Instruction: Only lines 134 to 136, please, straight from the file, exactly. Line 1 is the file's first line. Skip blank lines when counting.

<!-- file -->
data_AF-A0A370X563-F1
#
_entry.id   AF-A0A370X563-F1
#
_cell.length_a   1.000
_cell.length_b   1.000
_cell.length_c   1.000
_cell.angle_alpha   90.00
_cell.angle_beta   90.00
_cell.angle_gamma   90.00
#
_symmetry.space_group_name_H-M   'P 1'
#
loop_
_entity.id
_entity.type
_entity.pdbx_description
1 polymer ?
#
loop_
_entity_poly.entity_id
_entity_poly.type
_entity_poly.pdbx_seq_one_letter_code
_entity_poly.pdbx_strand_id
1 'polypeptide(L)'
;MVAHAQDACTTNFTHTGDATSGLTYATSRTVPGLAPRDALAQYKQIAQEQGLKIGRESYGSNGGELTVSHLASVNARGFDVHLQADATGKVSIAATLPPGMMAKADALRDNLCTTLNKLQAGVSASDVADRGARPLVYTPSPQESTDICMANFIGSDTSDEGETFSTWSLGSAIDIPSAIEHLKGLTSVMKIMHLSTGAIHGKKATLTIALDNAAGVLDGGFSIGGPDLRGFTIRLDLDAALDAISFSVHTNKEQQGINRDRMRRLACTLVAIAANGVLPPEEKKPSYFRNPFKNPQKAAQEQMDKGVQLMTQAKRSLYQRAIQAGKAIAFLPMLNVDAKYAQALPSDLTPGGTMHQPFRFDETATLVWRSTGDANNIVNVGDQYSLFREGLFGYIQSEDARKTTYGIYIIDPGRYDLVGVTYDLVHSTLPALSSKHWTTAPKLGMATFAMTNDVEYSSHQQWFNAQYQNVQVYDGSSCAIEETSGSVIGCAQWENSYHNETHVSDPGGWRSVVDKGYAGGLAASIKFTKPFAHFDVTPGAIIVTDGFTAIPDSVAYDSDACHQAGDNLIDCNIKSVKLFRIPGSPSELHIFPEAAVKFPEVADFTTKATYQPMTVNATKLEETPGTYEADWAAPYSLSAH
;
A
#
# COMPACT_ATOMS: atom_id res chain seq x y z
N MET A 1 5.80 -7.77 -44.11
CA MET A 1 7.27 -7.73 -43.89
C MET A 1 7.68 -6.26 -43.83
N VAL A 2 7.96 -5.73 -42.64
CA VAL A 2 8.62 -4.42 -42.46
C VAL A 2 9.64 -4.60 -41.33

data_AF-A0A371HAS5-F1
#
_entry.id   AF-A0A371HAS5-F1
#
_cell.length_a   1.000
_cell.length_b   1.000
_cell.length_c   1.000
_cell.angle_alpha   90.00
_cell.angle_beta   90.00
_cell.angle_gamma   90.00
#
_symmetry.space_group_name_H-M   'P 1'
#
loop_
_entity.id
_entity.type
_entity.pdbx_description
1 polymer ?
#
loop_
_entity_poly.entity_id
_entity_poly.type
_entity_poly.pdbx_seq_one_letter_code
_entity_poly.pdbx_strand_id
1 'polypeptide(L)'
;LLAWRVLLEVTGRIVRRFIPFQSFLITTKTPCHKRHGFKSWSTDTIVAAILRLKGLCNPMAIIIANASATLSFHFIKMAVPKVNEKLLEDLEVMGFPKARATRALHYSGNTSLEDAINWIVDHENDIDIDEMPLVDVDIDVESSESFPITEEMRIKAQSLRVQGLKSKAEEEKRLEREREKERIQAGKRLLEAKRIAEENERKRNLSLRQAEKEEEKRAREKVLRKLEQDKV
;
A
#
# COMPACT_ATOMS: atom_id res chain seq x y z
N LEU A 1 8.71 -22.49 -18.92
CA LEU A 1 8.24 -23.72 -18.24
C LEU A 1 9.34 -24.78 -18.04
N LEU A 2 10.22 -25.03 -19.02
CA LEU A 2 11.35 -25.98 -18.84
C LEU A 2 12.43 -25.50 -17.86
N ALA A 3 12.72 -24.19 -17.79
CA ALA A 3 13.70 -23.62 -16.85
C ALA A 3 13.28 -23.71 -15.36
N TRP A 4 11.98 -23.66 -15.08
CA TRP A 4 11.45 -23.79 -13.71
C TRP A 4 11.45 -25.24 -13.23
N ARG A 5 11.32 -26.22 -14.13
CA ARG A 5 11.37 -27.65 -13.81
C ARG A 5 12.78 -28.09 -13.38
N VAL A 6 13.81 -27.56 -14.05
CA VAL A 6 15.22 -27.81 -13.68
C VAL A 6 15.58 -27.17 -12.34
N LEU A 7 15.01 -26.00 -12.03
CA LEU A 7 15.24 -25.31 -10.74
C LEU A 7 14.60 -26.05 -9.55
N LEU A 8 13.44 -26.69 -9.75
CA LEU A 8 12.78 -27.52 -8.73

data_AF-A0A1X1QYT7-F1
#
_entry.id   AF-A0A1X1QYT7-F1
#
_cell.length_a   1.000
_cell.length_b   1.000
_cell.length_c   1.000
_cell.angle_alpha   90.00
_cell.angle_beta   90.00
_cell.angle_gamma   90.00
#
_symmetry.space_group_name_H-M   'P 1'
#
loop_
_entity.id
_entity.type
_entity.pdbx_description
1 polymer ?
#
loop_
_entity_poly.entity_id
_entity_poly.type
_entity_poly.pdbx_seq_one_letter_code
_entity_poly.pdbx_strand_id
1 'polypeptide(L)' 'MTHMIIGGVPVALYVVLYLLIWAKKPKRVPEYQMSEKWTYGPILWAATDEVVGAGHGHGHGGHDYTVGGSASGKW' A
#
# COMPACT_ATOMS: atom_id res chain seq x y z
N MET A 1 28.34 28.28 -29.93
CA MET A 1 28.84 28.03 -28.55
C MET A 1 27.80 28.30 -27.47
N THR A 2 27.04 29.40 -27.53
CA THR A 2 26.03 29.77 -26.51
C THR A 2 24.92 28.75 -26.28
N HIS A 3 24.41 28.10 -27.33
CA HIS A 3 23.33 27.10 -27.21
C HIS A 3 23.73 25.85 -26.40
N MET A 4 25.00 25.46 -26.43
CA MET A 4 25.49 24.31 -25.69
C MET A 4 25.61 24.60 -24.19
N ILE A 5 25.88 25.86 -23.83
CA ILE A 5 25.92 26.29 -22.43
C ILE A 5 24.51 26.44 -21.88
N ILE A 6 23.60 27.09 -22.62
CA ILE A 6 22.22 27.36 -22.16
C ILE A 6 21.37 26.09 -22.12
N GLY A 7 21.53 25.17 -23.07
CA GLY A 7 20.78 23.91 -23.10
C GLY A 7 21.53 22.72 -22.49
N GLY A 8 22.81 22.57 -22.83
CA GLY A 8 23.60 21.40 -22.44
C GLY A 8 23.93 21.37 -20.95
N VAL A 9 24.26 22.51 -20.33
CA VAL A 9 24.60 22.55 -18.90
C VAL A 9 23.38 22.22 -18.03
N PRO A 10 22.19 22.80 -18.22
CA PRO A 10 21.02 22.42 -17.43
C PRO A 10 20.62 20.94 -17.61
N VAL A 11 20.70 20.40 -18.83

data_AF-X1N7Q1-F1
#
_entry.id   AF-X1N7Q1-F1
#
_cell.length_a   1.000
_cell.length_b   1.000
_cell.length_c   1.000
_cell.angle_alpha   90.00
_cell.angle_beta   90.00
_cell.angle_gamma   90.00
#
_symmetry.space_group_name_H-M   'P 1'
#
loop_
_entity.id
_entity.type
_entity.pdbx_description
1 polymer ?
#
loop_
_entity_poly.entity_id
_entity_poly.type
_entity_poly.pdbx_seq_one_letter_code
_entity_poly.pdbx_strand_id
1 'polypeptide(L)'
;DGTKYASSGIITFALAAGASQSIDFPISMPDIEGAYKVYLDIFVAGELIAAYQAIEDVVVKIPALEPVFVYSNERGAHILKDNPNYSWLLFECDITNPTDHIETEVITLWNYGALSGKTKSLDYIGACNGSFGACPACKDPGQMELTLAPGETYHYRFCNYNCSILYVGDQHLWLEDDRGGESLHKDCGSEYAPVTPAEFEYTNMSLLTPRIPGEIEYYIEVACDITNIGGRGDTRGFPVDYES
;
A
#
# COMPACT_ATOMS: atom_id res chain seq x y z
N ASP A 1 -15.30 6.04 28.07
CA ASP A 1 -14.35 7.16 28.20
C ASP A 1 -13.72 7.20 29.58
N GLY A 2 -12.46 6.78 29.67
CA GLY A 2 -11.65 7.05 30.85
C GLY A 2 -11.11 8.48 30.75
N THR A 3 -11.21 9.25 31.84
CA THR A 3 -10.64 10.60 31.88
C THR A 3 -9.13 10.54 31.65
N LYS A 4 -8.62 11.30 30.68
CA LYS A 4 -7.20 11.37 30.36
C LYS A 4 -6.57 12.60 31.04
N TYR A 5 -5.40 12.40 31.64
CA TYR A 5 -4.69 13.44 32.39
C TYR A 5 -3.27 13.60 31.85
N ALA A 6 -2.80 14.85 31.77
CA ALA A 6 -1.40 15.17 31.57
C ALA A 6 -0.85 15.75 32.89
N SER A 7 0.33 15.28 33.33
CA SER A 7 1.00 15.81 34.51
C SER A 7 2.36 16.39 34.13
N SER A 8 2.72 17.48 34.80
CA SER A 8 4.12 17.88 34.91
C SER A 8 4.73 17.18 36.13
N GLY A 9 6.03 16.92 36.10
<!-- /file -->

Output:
C ILE A 6 21.37 26.09 -22.12
N GLY A 7 21.53 25.17 -23.07
CA GLY A 7 20.78 23.91 -23.10